The Cul4a gene is required for normal spermatogenesis and meiosis in male germ cells of mice.[26][27] Cul4a−/− males produce abnormal sperm and are infertile. While both CUL4A and CUL4B are expressed in male gametes, CUL4A is highly expressed in pachytenes and diplotenes. It is at these stages that CUL4A-deficient male germ cells exhibit high levels of apoptosis, improper DNA repair and accumulation of the CRL4 substrate Cdt1.



The chromosomal region ch13q34 which contains the CUL4A gene is amplified in 3-6% of certain carcinomas including: breast, uterine, lung, stomach and colorectal cancers.[28] CUL4A is also mutated or amplified in about 4% of melanomas (although the mutations are dispersed and individual mutations occur sporadically).

In mouse models, Cul4a knockout resulted in pronounced resistance to UV-induced skin carcinogenesis.[9] Cre-induced Cul4a overexpression in mouse lung tissue promoted hyperplasia.[29]

Due to the observed amplification of CUL4A in several carcinomas and the fact that CRL4 complexes target multiple DNA repair and tumor suppressor genes, CUL4A can be considered an oncogene in certain contexts.

Viral pathogenesis[edit]

Due to its robust expression (particularly during DNA replication) and modular nature, CRL4A complexes can be co-opted or "hijacked" to promote viral proliferation in mammalian cells.

Certain paramyxoviruses avoid the interferon response in cells by targeting STAT1 and disrupting signaling. Simian virus 5 and type II human parainfluenza virus express a protein, named "V", which acts as a substrate receptor and bridges an interaction between DDB1 and STAT proteins (the structure of the CRL4ASV5V complex is pictured in the inset) - thus inducing STAT1 ubiquitination and degradation[30][31]

DCAF1 is also named VPRBP due to its interaction with HIV-1 protein Vpr. Although DCAF1/VPRBP appears to have a crucial function in tumor suppression, DNA replication and embryonic development, HIV-1 "hijacks" the ubiquitin ligase complex to induce arrest of the cell cycle in G2 phase.[32][33][34] The CRL4ADCAF1-Vpr induces ubiquitination of the nuclear isoform of uracil-DNA glycosylase.[35][36] HIV-2 also appears to utilize CRL4ADCAF1 via Vpx protein-induced destruction of a lentivirus-inhibiting deoxynucleoside triphosphohydrolase named SAMHD1.[37][38]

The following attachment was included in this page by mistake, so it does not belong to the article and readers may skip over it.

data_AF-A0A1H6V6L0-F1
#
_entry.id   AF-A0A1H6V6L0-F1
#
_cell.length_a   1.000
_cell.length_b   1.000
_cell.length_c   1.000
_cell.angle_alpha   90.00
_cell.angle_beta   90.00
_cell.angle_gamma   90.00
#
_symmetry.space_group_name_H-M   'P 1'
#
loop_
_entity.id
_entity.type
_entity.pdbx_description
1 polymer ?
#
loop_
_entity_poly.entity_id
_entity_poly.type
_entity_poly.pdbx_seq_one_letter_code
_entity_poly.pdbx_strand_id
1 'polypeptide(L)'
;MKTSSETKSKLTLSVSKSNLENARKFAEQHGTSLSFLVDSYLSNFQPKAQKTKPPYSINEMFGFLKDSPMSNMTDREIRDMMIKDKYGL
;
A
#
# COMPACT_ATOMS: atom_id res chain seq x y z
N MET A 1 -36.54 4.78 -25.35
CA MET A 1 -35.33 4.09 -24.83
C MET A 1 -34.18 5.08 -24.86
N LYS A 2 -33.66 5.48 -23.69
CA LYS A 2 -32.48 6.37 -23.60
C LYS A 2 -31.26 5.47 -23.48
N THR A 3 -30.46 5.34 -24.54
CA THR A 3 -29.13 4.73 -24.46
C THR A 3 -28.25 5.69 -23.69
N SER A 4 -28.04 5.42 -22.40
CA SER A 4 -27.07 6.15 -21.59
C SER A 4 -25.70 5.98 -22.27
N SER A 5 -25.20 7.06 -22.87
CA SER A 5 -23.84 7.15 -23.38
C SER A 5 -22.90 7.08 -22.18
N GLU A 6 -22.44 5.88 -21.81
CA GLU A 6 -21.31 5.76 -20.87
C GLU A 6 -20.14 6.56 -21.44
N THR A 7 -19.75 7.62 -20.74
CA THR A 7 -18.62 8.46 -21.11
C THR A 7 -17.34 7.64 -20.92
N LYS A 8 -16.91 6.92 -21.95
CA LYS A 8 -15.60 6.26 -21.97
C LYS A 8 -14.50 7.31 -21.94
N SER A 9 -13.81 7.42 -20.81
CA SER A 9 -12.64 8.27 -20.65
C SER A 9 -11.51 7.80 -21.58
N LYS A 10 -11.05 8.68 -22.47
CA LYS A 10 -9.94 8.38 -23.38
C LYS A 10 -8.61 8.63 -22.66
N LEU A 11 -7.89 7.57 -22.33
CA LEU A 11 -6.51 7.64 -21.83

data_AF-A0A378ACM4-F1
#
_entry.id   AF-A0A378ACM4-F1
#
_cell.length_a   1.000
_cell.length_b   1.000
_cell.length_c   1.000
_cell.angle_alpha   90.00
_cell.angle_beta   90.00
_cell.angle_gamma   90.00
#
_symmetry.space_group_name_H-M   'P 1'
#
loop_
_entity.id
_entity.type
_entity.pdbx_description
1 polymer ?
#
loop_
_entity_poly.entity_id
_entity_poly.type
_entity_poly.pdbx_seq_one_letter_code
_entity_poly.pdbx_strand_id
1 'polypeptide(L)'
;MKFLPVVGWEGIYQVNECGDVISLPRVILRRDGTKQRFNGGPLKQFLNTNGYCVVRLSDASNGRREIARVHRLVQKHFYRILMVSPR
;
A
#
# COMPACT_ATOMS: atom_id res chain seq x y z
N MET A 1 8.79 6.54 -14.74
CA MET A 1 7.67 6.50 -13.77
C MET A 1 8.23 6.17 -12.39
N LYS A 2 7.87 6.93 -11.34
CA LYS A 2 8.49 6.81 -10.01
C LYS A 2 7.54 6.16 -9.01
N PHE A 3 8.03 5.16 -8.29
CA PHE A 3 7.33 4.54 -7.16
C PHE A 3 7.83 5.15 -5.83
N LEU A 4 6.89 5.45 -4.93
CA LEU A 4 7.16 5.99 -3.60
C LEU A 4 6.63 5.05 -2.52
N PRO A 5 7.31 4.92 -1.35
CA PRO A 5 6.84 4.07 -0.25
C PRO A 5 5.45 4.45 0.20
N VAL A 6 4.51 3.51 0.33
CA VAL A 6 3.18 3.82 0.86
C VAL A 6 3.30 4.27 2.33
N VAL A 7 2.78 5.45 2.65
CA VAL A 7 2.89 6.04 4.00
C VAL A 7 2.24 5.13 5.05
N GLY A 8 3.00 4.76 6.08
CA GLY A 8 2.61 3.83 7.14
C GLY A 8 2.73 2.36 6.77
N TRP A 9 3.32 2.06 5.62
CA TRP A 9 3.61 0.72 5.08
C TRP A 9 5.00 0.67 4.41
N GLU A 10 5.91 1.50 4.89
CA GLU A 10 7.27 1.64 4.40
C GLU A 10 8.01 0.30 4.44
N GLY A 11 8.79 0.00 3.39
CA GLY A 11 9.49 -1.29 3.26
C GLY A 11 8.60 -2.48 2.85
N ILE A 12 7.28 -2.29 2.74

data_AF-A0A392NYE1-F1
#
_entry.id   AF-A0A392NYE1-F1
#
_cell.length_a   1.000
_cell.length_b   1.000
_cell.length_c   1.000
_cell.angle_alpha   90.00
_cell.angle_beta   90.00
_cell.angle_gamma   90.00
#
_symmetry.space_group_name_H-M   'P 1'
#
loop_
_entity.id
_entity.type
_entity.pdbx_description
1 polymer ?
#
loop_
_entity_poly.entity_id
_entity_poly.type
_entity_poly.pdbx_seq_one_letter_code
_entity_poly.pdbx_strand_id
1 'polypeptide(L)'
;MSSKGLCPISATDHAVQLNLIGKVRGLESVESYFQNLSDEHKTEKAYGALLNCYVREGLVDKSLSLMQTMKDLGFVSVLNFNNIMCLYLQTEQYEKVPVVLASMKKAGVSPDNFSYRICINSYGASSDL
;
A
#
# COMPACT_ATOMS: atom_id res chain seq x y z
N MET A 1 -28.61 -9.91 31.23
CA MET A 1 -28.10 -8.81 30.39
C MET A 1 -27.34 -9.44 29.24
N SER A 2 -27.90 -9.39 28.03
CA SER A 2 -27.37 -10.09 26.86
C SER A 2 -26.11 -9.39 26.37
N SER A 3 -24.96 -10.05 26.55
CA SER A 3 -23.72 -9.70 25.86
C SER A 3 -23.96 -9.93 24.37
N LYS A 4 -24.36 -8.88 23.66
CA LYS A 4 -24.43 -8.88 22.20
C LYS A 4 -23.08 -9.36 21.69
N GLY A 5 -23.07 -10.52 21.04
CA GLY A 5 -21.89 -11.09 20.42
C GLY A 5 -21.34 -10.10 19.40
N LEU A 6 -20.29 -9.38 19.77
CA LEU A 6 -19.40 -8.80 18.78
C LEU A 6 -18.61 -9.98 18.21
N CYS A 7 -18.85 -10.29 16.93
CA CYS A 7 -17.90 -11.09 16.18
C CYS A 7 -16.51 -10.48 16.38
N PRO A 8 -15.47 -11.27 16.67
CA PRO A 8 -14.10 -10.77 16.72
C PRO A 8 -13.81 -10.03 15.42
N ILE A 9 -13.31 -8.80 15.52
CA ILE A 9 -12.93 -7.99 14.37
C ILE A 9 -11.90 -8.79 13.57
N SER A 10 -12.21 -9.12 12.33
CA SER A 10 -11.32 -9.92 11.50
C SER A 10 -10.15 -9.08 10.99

Thalidomide treatment[edit]

In 2010, Ito et al. reported that Cereblon, a DCAF protein, was a major target of the teratogenic compound thalidomide.[39] Thalidomide and other derivatives such as pomalidomide and lenalidomide are known as immunomodulatory drugs (or IMiDs) and have been investigated as therapeutic agents for autoimmune diseases and several cancers - particularly myelomas. Recent reports show that IMiDs bind to CRL4CRBN and promote the degradation of IKZN1 and IKZN3 transcription factors, which are not normally targeted by CRL4 complexes.[40][41]

Interactions and substrates[edit]

Human CUL4A forms direct interactions with:

Human CUL4A-DDB1-RBX1 complexes promote the ubiquitination of:

protein is a CRL4A substrate only when directed by viral proteins
§protein is a CRL4A substrate only when directed by IMiDs


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Further reading[edit]

  • Osaka F, Kawasaki H, Aida N, Saeki M, Chiba T, Kawashima S, Tanaka K, Kato S (Aug 1998). "A new NEDD8-ligating system for cullin-4A". Genes & Development. 12 (15): 2263–8. doi:10.1101/gad.12.15.2263. PMC 317039Freely accessible. PMID 9694792.